Work-Life Balance vs. Work-Life Integration
Most entrepreneurs and founders know – and strive – for work-life balance; that middle ground between keeping productivity up at the office and maintaining a healthy environment at home. But this idea implies that work is separate from life, and that a unique portion of time is devoted to each.
But what if you could integrate life into work, and vice versa? This trend of work-life integration, instead of work-life balance, is becoming more idealistic as entrepreneurs and founders are becoming not only more of the norm, but starting to face the realities of growing companies – and growing families.
The New York Times recently published an article explaining this new trend of work-life integration, especially as Silicon Valley businesses begin to offer perks that extend beyond the workplace and into the homes of the employees. Perks given by companies like Evernote, Facebook, and the Stanford School of Medicine aimed to reduce employees’ overall stress at both work and home, so that employees can worry less about the little things and enjoy both work and life more, without necessarily thinking abou them as separate entities. Evernote, for example, offers free housecleaning – which we all know can be quite a chore – twice per month.
The idea of work-life integration also addresses some of the problems with work-life balance, such as the very notion it prescribes – that work and life are separate and must be balanced. In an article on Forbes Lisa Quast described a conversation between herself and a group of MBA student mentees about the concept of achieving a work-life balance. She asked the group what work-life balance looked like, and where the idea came about that it’s so vital. She wrote, “The answers surprised the women because, unanimously, they each believed they needed better work-life balance because someone else had told them they needed it.”
For many people, including Yahoo’s new CEO Marissa Mayer, the idea that someone could achieve a healthy work-life balance when having a baby seemed too hard to believe. How could someone run a major corporation when they’re dealing with a newborn at home? One of the worst-kept secrets among executives is that the line between work and home is often blurred thanks to a significant amount of help, which gives them the ability to schedule around these two components in a way that allows them to maintain control and make the most of their time.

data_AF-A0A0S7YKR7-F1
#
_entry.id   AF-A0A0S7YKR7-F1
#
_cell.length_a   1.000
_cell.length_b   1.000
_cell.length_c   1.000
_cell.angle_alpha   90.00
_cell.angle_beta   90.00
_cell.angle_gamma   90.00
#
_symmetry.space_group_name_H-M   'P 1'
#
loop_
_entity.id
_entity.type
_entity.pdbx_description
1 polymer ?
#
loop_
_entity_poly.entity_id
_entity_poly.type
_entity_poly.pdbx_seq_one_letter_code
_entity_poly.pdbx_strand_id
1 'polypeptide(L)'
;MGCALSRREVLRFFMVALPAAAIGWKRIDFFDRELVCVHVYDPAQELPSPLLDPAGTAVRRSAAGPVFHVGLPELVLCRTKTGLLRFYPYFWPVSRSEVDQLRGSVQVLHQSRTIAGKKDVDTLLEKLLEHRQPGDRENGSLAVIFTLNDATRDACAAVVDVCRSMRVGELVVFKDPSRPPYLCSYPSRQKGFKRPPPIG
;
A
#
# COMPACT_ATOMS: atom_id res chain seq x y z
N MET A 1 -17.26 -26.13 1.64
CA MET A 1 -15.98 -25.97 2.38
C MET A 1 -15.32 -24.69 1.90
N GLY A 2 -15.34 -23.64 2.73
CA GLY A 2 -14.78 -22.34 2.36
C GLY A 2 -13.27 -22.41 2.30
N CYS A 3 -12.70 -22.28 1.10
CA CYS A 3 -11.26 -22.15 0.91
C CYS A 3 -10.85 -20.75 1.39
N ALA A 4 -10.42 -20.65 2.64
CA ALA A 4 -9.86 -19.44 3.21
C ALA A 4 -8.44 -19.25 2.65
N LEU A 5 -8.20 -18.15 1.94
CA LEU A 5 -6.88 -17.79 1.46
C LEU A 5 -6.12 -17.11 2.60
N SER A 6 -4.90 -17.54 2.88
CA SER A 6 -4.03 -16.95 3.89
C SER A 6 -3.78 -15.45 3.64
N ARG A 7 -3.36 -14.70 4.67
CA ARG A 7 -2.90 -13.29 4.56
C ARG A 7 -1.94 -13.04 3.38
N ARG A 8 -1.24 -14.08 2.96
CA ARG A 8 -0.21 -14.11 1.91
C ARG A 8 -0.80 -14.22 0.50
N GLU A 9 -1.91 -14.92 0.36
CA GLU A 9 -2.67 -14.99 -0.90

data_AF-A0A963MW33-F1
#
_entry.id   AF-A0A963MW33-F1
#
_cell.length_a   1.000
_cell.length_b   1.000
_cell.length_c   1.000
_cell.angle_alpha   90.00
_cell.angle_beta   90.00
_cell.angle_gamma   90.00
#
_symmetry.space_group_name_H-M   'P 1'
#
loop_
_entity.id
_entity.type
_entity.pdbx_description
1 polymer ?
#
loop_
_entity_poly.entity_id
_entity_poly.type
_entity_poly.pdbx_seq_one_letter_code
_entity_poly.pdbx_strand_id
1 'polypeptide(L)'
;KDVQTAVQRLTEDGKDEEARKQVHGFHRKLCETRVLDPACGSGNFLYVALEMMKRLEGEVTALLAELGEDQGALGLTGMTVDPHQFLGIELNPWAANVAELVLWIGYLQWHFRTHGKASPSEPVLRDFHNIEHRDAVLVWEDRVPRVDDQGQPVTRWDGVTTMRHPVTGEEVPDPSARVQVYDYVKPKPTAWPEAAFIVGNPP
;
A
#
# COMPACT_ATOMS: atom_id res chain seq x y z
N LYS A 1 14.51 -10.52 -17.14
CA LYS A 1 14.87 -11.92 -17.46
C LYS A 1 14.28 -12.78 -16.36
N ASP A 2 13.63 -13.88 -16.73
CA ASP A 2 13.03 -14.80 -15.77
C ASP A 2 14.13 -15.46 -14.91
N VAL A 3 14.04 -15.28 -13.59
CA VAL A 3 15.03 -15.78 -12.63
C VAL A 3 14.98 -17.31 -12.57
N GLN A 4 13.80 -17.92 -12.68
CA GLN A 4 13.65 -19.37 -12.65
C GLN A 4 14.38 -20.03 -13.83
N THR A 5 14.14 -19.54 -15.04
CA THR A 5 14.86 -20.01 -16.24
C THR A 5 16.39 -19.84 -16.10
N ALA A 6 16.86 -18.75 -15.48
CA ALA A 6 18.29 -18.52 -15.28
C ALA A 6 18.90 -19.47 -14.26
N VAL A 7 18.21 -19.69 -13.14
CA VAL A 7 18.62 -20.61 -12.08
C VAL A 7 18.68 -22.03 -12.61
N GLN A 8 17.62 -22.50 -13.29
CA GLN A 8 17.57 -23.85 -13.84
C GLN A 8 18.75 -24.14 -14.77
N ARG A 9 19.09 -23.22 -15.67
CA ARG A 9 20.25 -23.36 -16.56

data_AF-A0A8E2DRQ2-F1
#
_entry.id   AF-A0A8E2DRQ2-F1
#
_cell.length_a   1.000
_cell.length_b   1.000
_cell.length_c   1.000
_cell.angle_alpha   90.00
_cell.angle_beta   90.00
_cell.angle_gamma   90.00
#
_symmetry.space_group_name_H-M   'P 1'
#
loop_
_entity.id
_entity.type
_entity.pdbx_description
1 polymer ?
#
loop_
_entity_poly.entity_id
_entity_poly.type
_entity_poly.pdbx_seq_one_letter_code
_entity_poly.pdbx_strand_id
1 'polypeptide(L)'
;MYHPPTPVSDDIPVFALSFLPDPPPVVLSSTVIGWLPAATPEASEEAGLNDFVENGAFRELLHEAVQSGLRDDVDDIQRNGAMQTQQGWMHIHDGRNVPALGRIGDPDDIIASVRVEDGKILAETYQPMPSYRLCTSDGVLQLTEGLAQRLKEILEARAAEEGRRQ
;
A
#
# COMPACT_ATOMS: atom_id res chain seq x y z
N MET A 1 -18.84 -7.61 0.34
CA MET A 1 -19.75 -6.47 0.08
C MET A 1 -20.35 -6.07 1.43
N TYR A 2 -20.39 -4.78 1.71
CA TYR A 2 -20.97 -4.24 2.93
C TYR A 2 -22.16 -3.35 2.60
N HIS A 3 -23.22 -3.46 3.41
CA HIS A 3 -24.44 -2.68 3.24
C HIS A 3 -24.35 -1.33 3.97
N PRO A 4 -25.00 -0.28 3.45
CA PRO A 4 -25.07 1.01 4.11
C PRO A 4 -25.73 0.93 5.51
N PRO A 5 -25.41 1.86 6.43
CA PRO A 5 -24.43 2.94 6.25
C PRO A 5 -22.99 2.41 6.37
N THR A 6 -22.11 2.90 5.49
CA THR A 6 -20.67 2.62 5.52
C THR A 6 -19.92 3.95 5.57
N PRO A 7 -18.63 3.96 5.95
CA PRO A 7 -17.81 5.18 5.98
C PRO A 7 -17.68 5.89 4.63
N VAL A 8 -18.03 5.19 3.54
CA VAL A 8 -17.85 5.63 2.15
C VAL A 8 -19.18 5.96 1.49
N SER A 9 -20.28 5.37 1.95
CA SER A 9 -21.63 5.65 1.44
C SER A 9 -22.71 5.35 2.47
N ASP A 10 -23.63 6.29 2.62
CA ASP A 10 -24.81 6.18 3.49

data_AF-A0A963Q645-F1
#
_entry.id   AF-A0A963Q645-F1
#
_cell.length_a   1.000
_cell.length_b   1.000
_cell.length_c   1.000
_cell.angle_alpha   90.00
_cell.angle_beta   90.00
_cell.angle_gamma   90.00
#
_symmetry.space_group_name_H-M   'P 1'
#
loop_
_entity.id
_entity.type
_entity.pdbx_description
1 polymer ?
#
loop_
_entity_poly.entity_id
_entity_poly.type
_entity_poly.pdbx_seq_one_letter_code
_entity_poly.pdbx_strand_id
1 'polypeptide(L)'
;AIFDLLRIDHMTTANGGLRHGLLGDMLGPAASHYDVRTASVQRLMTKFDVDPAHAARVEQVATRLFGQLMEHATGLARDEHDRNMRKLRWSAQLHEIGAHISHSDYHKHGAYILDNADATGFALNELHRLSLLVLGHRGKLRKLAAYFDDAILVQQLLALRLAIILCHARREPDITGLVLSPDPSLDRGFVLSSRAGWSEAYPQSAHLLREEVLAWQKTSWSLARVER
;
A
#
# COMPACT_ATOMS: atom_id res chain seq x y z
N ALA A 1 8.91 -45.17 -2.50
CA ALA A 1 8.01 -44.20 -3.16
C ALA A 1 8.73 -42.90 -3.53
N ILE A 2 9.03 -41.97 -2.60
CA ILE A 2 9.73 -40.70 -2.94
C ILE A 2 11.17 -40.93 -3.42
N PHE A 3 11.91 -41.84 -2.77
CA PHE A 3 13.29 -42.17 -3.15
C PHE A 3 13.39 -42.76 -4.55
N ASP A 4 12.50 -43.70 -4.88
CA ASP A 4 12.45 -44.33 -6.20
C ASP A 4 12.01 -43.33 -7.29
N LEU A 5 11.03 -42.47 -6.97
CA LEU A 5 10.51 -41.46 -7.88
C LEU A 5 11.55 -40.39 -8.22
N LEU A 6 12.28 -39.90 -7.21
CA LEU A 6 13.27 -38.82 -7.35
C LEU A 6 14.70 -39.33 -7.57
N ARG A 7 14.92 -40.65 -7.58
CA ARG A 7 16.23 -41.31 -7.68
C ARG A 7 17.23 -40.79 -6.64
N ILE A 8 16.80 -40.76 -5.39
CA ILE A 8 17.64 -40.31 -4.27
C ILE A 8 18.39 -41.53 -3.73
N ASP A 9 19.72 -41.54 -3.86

As a full-time consultant, part-time writer, and full-time daughter, sister, aunt, and friend to many other like-minded entrepreneurial-minded types, work is life is work. There is no beginning or end to “what I do”, but also no beginning or end to time with friends or family. Ideas ebb and flow, creativity sometimes kicks in over morning coffee or evening cocktails. Consulting sessions happen between a morning run and lunch with a colleague I haven’t seen in a year. Or sometimes that lunch is with a friend in the industry and we end up discussing fall fashion trends, inspiring one of us to make the next move on a side-project.
At the end of the day, I have surrounded myself with both work and people that I not only love, but inspire me. This idea of work-life integration may not make sense to those who find themselves running for the door at 5pm. But to many other entrepreneurs, founders, and those working with them – this may just make more sense, too.
What do you think – do you strive for work-life balance, or work-life integration? Share your thoughts and experiences in the comments!
Thanks Kelly Clay. this article is brilliant and learnt a lot . I started applying work-life integration and squeezing my work and life whereever possible and it changed my whole life stupendously.
“Integration” is better than “balance”. However, the term “work- life” implies opposites and mutually exclusive areas. It also implies that work is not life. For me, as entrpreneur and founder of a specialty pharmaceutical company and mother of 2 boys (14yrs and 12 yrs) it is about the integration of work, family and personal time. All of which are critical and key to life, albeit that most of the past 15 years have been spent on “work” at the expense of “family” and “personal time”. With both my boys at boarding school as of September 2013, I hope to continue to work, have quality time with my family (mostly at term breaks and school holidays), while having more time for friends and social life – than was possible in the past 15 years.
That’s about right
It’s a really enlightening article, I totally agree that you can’t separate life and work, you’ll end up thinking about a work’s problem while you’re doing personal stuff after work, the same that you may need to call someone or file something personal within your working hours, and companies that give you the liberty to do your diligences within your working hours will get more benefits of their employees as they will feel free, they will be complete…
Millennials are really driving this mind shift (https://www.greetly.com/blog/work-life-integration). In a perfect world, I think balance and a separation is better. However it didn’t work so perhaps integration will ultimately provide a better life for the next generation of employees.